That's Nicolas Cage. He's starred in over fifty films, and has seven projects in various levels of production deep into 2011. He's also one of the most disrespected, criticized, laughed at, mocked, harassed, and derided men in Hollywood. Did I mention he gets made fun of? With such bad-mouthing you'd think he was Carlos Mencia. And that guy sucks.
Why is a man who has worked with the likes of Martin Scorsese and Ridley Scott, earning himself more money than you or I will ever dare to think of thinking about, considered such a bad actor? It's because Nicolas Cage is a very specific breed of actor who should star in very few movies.
For some reason or another Cage has been pegged as the go-to guy for adventure thrillers. He's forced to play the hero, and the every-man sort of hero we're all of us supposed to get behind. It's a very common archetype. There's a problem with this:
Time to play Good Cage, Bad Cage, where I'll explain why Cage is so good when he's good, and the worst person alive when he's bad.
In 1987 Nicolas Cage was given the honor of playing leading man H. I. McDunnough in Joel and Ethan Coen's sophomore film Raising Arizona. He played the hell out of it. He wasn't an anti-hero, but he wasn't someone worth rooting for. He was a dirty, fairly stupid hillbilly who just wanted to make his wife happy and raise a baby that wasn't his. Watch him escape the cops! He was off the wall, but he was adorable, and Raising Arizona shines as a beacon of hope to all those who would otherwise write Cage off. The amount of lunacy he exuded perfectly here would be his downfall in later years. Take, for instance, Gone in Sixty Seconds.
So now he's a car thief. A step down from Huggies. And is that Robert Duvall? Before this wasCon Air, and Face/Off, and although I've never seen those I've heard rumor they're terrible, and along with them Gone in Sixty Seconds was a good start to Cage's dangerously stupid run of career moves. Who makes a movie with Dominic "Swordfish" Sena? Watch him talk to his car and escape the cops! Seriously, what the hell is going on with everything in that scene? It isn't even so much his acting in this, but the fact that he was in this movie, that makes this such a Bad Cage. People think his hair is bad now? Anything is better than blonde. IncludingAdaptation.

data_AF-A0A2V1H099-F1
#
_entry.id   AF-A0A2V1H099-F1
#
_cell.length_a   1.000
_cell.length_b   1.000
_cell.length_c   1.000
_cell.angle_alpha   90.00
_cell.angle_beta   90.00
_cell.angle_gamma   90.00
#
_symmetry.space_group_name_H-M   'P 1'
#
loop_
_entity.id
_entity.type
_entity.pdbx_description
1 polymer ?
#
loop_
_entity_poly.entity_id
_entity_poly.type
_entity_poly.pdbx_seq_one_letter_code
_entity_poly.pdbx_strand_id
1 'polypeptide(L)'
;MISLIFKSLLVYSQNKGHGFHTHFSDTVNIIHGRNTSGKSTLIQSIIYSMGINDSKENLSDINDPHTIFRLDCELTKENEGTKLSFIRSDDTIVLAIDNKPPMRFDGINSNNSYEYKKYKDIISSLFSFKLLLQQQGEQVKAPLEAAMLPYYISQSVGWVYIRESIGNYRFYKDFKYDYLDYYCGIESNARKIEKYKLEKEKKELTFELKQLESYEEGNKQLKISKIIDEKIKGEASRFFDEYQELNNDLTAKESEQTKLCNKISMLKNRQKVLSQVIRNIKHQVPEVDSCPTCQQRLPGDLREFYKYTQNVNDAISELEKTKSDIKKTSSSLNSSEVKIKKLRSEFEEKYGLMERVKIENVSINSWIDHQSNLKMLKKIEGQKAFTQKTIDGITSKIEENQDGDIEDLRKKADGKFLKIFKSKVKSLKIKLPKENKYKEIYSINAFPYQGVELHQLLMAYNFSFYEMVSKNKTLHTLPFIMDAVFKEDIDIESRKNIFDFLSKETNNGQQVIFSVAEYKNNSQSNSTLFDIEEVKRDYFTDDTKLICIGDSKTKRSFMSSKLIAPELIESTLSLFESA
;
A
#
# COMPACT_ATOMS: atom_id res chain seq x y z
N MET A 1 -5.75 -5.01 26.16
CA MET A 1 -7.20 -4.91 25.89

Spike Jonze and Charlie Kaufman are so hardcore they decided to cram TWO Nicolas Cages into Adaptation. That's right, not only does Nicolas Cage play Charlie Kaufman, he plays his/Charlie's own twin, who doesn't actually exist in real life. Blows your mind. Watch him get pissy about film! See, the mark of a Good Cage isn't that he happens to stumble into a decent film, it's that he adds to the film's decency. Which he does here. What a Bad Cage does is either totally destroy a film, or simply fill the shoes that anyone else in the entire world could have filled. Like in Next, World Trade Center, Bangkok Dangerous, and National Treasure 1 and 2.
I think National Treasure is where Cage decided if crime thrillers weren't going to ruin his credibility fast enough it was time to give action adventure movies a chance. It worked wonders. Not only did Cage sell out to Disney, he also kind of took exactly the same role Tom Hanks would later in The DaVinci Code: guy knowledgeable about stuff getting involved in ridiculously dangerous adventures pertaining to their field of knowledge. I wish that was more succinct. Watch him become part of the scenery! He continues down this path in Next, World Trade Center and Bangkok Dangerous sort of, but what gets people really riled up about Cage is The Wicker Man.
So Bad It's Awesome Cage:
Okay, if someone hasn't seen The Wicker Man compilation now is the time to do it. Please, please, hold your applause. There isn't much to be said about The Wicker Man performance aside from this: fuh? I don't know if anyone knew what they were doing when they were working on this project, but if they did know what they were doing they were very mean people. And the same can probably be said for Ghost Rider.
Watch him try to play a superhero! Nicolas Cage doesn't get it. He shouldn't save people. He should just be. That's what he's best at. In Raising Arizona he was. In Adaptation he was. Twice. And he was, and very much so, in The Weather Man.
Why couldn't he play a superhero with a bow? Because when Cage is a leading man he should be an average person with minor problems, or an insane person, but he shouldn't be a brave and heroic person without any problems. It's too easy, and that ruins him. With The Weather Man Cage's character isn't even well liked. Watch him fail! He's weak and unconfident, his family sort of steps all over him, and he's awesome in it. Give him some problems and he'll work wonders. Just remember how badass he's going to be in Herzog's Bad Lieutenant: Port of Calls New Orleans.
My points here all add up to one thing: Nicolas Cage, when not playing a hero and when backed up by ample directing and writing, can and will give a great performance. For every Knowingand 8MM there is also an Adaptation lurking in the shadows. Plus I've heard nothing but good things on his role in the upcoming movie Kick-Ass, and he gets to work with Michel Gondry and Seth Rogen in The Green Hornet. I've got my fingers crossed for a solid Cage in both of those.
- Eric T. Voigt, Found Listening to The Knife While Watching Nicolas Cage Enjoyable